Arden Psychology

Psychological Therapy in Warwickshire

Dr Jane Cornwall

Chartered Counselling Psychologist

EMDR Practitioner - Trauma Specialist

Trauma and the use of EMDR as a trauma-based psychological treatment


When a person experiences a sudden and unpredictable distressing traumatic event, she/he may feel overwhelmed at the time emotions such as the panic, fear and distress. Their brain may be unable to fully process the information at that moment as occurs with a normal memory. The emotionally distressing memory seems to become frozen in time as the sensory information has been unable to be effectively processed on a neurological level and filed appropriately in the brain.


Consequently, when a person experiences a trigger which automatically recalls the distressing memory, the person can also re-experience what they saw, heard, smelt, tasted or felt, and this can be quite intense and upsetting. Often the memories, thoughts and feelings are so distressing, the person tries to avoid thinking about the recalled event to avoid re-experiencing the upsetting emotions.


The person may also adapt safety seeking and avoidant behaviours to try to ensure he/she is not re-traumatised by those sensations and memories. This may include avoiding the scene of the accident, for example, and taking detours even though it may be a much longer route, or avoiding busier times or driving at night if the accident occurred in the dark.


A person may find that the distressing memories and images/sights/sounds automatically come to mind when something reminds him/her of the traumatic event, or sometimes the memories just seem to intrude without apparent warning or an identifiable trigger. These are called flashbacks. These upsetting experiences can interfere with the person’s every day functioning and quality of life.


If the distressing experiences persevere for more than 3 to 6 months, are significantly disruptive to everyday living and quality of life and are severe they may warrant a diagnosis of post-traumatic stress disorder and may require trauma-based psychological intervention, such as EMDR.


What is EMDR?

EMDR is an effective psychological intervention used as a treatment for various traumas. It is recognised by the NICE guidelines as an effective psychological technique for post-traumatic stress symptoms and is widely used in NHS settings. A combined approach of cognitive behavioural therapy and EMDR has been shown to have very positive results in the treatment of trauma.


How does EMDR work?

The person is asked to focus upon the most upsetting aspect of the traumatic memory and the negative thought or belief the person has about her/himself in relation to the traumatic memory. The person is asked to score the level of emotional disturbance related to the memory and where it is located in the body.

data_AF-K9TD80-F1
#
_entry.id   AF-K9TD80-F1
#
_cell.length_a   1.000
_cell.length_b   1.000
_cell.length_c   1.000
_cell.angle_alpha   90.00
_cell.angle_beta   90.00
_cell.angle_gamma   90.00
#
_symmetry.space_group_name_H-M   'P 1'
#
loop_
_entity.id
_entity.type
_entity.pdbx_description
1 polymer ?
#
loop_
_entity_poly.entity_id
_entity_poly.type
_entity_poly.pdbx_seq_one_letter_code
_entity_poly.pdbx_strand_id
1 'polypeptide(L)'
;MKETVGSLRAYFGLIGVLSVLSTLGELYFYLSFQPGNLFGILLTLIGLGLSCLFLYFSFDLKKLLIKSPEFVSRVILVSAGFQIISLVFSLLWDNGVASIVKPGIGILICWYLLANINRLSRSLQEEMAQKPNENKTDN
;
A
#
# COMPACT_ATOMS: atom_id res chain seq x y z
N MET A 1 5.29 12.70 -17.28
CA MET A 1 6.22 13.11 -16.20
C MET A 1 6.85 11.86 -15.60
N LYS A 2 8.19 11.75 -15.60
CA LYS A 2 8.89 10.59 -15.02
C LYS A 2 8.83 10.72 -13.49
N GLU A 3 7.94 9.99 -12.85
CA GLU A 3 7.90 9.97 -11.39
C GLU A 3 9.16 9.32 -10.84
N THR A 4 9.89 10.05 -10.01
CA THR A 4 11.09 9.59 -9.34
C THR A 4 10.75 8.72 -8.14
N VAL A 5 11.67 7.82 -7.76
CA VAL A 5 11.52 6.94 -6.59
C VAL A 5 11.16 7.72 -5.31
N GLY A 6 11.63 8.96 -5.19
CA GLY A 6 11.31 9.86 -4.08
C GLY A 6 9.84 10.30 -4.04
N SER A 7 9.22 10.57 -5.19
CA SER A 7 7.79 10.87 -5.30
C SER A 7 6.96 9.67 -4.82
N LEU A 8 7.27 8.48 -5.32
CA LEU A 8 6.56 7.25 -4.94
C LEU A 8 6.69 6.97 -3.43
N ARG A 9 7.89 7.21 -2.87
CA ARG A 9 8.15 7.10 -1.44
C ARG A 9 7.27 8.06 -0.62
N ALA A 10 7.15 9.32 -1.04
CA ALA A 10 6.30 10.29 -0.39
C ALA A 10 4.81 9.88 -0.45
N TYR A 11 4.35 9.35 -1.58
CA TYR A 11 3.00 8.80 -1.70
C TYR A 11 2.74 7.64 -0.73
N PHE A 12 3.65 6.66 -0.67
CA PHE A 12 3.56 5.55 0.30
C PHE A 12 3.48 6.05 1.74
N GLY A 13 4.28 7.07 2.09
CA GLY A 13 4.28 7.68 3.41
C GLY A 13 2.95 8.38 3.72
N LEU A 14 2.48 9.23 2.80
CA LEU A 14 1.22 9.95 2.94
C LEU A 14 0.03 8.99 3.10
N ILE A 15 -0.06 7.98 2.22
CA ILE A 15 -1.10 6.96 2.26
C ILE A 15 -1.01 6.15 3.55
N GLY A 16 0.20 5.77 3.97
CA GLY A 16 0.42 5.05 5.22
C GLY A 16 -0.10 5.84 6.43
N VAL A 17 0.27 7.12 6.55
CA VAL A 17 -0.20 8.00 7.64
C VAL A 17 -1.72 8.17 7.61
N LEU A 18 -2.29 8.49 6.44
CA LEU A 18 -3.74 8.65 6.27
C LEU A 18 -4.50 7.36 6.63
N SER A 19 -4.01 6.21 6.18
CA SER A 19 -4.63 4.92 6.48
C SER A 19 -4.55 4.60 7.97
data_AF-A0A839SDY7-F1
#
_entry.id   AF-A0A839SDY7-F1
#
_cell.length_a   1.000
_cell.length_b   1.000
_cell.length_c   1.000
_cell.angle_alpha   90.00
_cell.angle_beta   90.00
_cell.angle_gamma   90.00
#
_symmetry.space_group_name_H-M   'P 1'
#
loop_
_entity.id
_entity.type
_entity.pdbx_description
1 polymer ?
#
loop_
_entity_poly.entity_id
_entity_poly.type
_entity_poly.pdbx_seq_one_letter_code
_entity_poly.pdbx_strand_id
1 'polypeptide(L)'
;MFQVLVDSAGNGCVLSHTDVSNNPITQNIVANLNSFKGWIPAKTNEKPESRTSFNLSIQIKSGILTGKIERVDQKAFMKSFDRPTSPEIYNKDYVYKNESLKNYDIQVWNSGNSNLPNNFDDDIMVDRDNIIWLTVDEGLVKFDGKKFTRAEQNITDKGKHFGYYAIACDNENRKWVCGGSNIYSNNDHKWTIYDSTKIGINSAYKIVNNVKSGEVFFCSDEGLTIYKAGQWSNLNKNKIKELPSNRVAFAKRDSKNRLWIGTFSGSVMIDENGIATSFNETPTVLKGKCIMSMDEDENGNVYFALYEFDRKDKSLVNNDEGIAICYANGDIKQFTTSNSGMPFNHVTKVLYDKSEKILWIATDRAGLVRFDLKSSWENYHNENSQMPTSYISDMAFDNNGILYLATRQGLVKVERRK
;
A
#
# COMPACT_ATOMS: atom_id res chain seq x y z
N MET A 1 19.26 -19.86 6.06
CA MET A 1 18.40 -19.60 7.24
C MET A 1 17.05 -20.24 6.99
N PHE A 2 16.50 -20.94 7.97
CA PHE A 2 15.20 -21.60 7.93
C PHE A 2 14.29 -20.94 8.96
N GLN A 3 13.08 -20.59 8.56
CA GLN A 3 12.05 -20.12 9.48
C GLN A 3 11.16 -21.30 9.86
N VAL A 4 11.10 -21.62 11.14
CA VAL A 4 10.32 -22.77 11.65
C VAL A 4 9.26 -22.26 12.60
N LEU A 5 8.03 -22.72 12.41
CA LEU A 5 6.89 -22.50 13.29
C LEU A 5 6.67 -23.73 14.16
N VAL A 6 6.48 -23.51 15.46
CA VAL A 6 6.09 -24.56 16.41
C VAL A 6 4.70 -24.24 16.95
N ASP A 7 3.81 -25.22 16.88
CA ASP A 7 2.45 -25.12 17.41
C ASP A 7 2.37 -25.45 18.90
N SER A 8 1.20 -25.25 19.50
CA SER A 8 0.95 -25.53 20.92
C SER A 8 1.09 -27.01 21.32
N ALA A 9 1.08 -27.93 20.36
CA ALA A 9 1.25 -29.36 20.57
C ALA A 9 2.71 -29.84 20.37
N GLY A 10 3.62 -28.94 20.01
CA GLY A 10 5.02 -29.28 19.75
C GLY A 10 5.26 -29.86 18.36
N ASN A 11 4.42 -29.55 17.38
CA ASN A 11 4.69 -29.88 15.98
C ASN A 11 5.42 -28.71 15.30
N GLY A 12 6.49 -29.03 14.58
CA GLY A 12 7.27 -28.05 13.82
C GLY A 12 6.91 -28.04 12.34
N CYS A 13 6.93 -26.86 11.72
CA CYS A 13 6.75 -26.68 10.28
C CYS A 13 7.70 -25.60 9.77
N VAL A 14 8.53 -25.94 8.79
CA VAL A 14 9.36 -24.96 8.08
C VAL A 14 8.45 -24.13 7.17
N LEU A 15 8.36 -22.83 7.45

The alternating left-right stimulation of the brain with eye movements, using guided right to left hand movement or tapping by the therapist during EMDR, seems to stimulate the frozen or blocked information processing system, allowing the person to safely revisit and reflect upon the memory and release the trapped uncomfortable feelings.


In the process the distressing emotion-laden memories seem to lose their intensity, so that the events themselves are less distressing and seem more like ‘ordinary’ memories. The effect is believed to be similar to that which occurs naturally during REM sleep (Rapid Eye Movement) when a person’s eyes rapidly move from side to side whilst he/she is asleep.


During REM sleep the brain is reprocessing and making sense of and sorting through the events, experiences, information of the day and appropriately filing it in memory. EMDR triggers a similar reprocessing effect but working on a specific event, namely the trauma. The trauma is reflected upon and reworked and placed in a different area of memory where it will not be re-triggerd and neither will the negative emotions be recalled and relived with such intensity. EMDR helps reduce the distress of all the different kinds of memories, whether it was what a person saw, heard, smelt, tasted, felt or thought.


Research and evidence suggests that EMDR works for relatively recent isolated traumas and also for deep-seated repeated traumas, such as childhood sexual abuse which occurred many years previously.